The member of the Domestic Violence Division gives insight to some issues surrounding domestic violence
Judge Christine Bandín is a Miami-native who began as an experienced litigator specializing in insurance law. She spent six years as an associate at Andrews Biernacki and Davis, where she acquired much experience in the courtroom. Prior to being appointed by Governor Rick Scott in Oct. 2018, Bandín gained enough experience to build a foundation of rules surrounding civil procedure, trial practice, statute construction, and courtroom etiquette.
Using this experience, Christine Bandín is now a member of the Domestic Violence Division of the Eleventh Judicial Circuit at the Lawson E. Thomas Courthouse in Downtown Miami-Dade. Her focus is on both civil and criminal matters.
Judge Bandín notes that what she likes most about her job is that she is making a difference in someone’s life. This rewarding feeling is why she has decided to run in August to keep her job. She has learned a lot over the course of her time as a judge, some of which she detailed to Calle Ocho News.
Although announcing her views on this issue is prohibited due to the Judicial Cannons of Ethics, Judge Bandín mentions that one of her biggest findings in the courtroom is that parents do not understand that their behavior towards each other—namely, domestic violence—directly impacts their children.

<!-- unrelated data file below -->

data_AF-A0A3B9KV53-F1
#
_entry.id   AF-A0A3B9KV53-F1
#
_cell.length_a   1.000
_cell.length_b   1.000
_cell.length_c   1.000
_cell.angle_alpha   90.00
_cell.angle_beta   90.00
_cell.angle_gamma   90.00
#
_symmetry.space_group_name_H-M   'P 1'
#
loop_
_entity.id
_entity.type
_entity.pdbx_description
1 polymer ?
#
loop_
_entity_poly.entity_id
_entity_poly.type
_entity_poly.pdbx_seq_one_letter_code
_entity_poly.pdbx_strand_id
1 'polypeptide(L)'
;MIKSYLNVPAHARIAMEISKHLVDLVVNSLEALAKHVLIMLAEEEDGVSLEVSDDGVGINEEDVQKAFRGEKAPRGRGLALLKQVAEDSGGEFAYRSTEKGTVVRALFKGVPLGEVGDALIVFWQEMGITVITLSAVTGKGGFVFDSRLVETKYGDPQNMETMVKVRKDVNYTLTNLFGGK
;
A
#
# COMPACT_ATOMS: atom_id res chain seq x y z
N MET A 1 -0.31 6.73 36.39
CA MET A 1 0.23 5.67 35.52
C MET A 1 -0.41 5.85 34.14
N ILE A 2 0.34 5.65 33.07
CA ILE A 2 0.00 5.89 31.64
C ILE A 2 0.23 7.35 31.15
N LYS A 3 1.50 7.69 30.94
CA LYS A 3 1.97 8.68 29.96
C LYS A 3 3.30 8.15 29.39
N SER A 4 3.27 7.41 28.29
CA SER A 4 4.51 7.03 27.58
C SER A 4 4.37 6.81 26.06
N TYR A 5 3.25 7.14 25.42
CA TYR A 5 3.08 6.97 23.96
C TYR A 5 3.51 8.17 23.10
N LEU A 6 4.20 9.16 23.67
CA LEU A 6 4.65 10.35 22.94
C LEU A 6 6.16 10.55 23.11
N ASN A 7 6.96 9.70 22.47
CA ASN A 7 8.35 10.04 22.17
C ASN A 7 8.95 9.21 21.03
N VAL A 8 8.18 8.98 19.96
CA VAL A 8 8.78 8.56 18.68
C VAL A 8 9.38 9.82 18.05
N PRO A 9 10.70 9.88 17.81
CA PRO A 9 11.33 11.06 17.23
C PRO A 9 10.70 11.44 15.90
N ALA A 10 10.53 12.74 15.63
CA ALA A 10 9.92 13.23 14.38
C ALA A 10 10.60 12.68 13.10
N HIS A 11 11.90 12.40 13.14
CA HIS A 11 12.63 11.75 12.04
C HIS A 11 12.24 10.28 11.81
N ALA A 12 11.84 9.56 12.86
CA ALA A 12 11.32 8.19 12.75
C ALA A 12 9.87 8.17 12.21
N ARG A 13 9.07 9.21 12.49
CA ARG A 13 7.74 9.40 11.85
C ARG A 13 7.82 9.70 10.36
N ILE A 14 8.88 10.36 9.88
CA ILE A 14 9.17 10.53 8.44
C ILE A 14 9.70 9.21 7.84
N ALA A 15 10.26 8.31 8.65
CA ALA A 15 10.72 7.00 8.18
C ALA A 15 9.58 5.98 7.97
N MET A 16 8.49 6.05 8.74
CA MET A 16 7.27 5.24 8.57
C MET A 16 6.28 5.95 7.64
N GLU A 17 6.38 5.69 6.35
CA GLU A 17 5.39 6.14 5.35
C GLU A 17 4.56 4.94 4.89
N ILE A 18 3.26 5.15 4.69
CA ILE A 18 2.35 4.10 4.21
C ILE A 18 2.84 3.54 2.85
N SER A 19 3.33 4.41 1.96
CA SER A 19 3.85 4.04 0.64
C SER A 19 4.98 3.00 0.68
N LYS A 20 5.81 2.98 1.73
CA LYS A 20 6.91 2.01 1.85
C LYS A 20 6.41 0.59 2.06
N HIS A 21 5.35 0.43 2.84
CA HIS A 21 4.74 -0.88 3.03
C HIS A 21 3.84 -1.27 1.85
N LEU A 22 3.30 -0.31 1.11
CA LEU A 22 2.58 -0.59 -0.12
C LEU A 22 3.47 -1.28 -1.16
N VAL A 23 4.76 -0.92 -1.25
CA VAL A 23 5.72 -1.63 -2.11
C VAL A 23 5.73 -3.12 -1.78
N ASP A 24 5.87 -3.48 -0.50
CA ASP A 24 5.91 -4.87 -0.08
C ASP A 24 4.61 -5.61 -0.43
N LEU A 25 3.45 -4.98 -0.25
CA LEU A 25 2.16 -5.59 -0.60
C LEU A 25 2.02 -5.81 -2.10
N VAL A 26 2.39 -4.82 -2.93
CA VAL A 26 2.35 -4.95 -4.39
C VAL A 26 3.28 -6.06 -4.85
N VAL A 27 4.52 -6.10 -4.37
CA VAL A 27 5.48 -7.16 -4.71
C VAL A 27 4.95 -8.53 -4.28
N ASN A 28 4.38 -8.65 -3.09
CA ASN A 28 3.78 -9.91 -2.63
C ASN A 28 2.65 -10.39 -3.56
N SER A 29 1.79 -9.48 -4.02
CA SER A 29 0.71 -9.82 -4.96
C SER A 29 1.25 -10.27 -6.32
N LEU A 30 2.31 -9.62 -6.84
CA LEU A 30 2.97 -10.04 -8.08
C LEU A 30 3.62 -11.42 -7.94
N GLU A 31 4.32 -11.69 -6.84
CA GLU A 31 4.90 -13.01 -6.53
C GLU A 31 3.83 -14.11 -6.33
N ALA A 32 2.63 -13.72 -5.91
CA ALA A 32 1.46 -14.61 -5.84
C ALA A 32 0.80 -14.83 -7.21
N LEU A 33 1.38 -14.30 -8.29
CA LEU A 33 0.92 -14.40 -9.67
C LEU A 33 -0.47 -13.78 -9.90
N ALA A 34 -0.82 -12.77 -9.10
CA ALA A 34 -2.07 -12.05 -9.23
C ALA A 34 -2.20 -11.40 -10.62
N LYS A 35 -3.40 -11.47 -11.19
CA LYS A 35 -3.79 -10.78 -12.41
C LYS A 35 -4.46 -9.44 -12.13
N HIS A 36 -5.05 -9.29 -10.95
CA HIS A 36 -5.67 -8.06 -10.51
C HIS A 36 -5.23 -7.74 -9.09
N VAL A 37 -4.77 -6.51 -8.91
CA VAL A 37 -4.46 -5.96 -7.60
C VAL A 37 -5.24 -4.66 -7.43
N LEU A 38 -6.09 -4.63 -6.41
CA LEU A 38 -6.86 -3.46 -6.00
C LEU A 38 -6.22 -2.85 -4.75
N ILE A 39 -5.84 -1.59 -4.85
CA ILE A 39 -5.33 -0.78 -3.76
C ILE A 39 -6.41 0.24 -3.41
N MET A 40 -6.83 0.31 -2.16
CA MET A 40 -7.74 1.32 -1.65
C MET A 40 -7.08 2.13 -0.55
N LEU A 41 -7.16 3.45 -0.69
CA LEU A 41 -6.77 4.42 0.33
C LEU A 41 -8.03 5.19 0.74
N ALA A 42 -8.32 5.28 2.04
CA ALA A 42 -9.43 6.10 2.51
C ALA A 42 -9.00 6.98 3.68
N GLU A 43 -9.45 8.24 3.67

Further, in some cases, the abuser was previously a victim and people minimized the abuse they were experiencing, which leads to an escalation of the abuse.
To alleviate the unpleasantness frequently felt by victims, Judge Bandín believes people must be more educated about the resources available to them in Miami Dade County. Some of these resources include Victim Advocates, free legal representation, and assistance with shelters and housing.
Bandin adds that the community may be a source of assistance to domestic violence victims.
“Those victims, seemingly, stay in the abusive relationship longer than cases where the victims were not completely isolated.”Christine Bandin
“I have observed that sometimes victims of domestic violence become isolated from their support system and, consequently, they feel they do not have anyone to turn to for help,” said Bandín.
While cases were lower than average prior to the COVID-19 pandemic, Bandín found that the cases increased as phase 1 of reopening began in Miami Dade. She wants to remind the community that the domestic violence intake locations are open, so anyone seeking help through the court still has access to that assistance. Otherwise, Bandín encourages the community to remain positive.
“We are in this together. Hope cannot be quarantined and there is always a silver lining if we look for it.”Christine Bandin